Assumptions

The Longest Checkout 5.4Originally, I planned to title this post “Prejudice” and joke about how I’m prejudiced against customers, but I decided that was in bad taste to go to such a place for a joke (and an admittedly bad one, at that), so I’ll just get to the real root of this post’s sentiment right off the bat. I know I’m a condescending ass, but I like to think I’m a bit more considerate than that. Anyway…

I don’t care who you are, what you look like, whenever you first walk into my store, I will always assume you’re an idiot. I’m sorry if that comes off as a shitty attitude (which, I’ll admit it, it is), but this is a self-preservation mechanism that most shopkeepers develop over time. Far too often, we assume that any given customer is an intelligent being capable of navigating this world with ability and ease, only to be stricken completely wrong. For years, I was shocked when that happened, and sometimes, I still am.

So, why do we just go to this base assumption of a lack of intellect? I mean, this person drove here, so they have enough skill to pass a driving test. (Yes, yes, I know that our driving requirements are not that strict here, but it’s operating a complex machine while multitasking, so I think that’s worth noting.) Going beyond that, they were able to figure out our location, and they were able to get food for themselves, and they were able to dress themselves. That’s a quality skill set right there (even if it is setting the bar low, but then again, this is dear customer we’re talking about here). The bottom line is: they’re capable.

If you’ve read anything on this blog about my time working retail, you know I’m harder on my customers than most. This isn’t a store that sells general goods, like groceries or DVDs; this is a store that caters to people who do something where rigorous standards required and applied to them on a daily basis, and I can’t emphasize this enough: They. Want. To. Fly. You. Around. In. Airplanes. That’s why they get extra scrutiny. They want to be airline pilots, which is why I get concerned when they can’t even figure out which chart is for the Albuquerque area, despite the facts that they are 1. labeled as such and 2. come at the start of the frigging alphabet.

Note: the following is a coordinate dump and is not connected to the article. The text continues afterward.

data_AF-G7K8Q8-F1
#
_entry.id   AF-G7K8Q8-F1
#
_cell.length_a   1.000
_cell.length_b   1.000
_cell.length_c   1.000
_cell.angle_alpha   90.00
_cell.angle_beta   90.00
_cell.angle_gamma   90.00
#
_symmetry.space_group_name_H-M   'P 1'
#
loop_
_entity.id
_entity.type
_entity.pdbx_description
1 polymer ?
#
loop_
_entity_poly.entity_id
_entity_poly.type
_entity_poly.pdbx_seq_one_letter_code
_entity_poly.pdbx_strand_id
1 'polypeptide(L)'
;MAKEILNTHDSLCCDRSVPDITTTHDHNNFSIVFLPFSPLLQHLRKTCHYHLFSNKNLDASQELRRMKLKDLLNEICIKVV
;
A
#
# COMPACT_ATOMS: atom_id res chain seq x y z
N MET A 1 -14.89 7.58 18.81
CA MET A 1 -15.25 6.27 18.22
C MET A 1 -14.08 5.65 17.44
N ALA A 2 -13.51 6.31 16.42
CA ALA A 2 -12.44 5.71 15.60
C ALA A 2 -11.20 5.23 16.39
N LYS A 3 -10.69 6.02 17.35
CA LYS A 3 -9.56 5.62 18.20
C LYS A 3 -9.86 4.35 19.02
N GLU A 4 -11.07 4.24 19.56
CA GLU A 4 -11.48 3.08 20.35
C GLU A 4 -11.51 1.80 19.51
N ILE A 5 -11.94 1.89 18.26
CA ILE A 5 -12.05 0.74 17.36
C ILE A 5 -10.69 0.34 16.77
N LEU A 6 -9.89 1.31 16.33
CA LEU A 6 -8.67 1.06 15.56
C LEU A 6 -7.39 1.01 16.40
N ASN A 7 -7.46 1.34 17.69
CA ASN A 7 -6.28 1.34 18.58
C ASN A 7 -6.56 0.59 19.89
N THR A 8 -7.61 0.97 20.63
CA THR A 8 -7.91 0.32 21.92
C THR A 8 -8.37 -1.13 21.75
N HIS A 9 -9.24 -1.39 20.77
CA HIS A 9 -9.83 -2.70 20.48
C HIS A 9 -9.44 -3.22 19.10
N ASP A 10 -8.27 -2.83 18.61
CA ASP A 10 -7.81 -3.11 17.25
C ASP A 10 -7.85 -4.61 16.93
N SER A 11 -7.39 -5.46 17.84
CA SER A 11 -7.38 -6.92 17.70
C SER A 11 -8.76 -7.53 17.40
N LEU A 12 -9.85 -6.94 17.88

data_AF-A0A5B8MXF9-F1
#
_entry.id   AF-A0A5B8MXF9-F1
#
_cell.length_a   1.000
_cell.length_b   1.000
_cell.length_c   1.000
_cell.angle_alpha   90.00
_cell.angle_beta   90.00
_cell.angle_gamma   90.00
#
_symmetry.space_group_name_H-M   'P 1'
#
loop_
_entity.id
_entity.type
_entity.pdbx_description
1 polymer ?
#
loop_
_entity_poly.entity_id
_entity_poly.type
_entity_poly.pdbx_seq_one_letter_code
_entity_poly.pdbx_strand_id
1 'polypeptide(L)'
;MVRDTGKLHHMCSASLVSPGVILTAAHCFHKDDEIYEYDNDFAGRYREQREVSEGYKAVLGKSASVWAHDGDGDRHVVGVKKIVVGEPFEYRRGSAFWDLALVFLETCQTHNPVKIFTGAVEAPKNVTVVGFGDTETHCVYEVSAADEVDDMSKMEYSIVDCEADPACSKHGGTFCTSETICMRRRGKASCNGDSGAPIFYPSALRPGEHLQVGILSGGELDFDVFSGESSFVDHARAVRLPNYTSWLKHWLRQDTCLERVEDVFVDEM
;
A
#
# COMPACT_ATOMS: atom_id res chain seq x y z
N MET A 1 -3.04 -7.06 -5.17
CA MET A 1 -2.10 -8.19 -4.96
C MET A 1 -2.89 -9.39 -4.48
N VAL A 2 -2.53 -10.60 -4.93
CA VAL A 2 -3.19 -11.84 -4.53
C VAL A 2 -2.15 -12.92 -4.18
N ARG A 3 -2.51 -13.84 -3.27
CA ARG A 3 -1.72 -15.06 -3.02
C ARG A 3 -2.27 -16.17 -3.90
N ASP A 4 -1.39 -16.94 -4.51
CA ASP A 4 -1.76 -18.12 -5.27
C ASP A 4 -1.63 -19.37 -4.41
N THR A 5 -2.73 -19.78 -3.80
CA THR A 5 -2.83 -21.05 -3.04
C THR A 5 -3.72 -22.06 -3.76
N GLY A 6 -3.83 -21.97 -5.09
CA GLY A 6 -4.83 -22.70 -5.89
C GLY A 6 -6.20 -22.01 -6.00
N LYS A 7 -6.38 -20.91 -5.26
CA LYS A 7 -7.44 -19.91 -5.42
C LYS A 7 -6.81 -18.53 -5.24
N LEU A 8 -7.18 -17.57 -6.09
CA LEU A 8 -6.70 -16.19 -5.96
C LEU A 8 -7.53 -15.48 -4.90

I really don’t think I’m wrong in being concerned with that. A private pilot’s license will cost you around $11,000.00 and will take you around three to four months to achieve, and that’s just so you can putter around in a little Cessna. To fly the big jets, you’re talking years of training, thousands of flight hours, and well over $50,000.00. That’s an enormous commitment. It requires incredible diligence and fortitude to get up to that upper rung of the aviation world. So, you cloud imagine my shock when I hear them be confused by which oral exam guide is the correct one for their particular flight test, despite the fact that those are extremely well labelled and straightforward.

More troubling still is the large percentage of shoppers who cannot for the life of them read price tags or basic signage. From hours of operation to sale signs, so much of it goes unread or outright ignored, despite the their being read as their exclusive reason for existence. My absolute favorite (or is that “most loathed”) moment is when a shopper yanks on the locked door of a shop with a sign that reads “CLOSED”.

I still remember one morning pulling up to the shop about ten minutes before opening. Seeing as it didn’t take but a few minutes to run through my opening procedures (and the fact that I wouldn’t get paid for anything more than that), I never showed up earlier. On that morning, I watched a customer walk up to the door, yank on it, then stand there dumbfounded. As I walked up, he approached me and said, “There you are! I have been waiting for you for a while! I was wanting to buy something but I didn’t know when you opened!” I politely informed him that we did not open until ten. “Well, how was I supposed to know that?!” I then pointed out that we had a sign on the door outlining our hours of operation. “Oh.”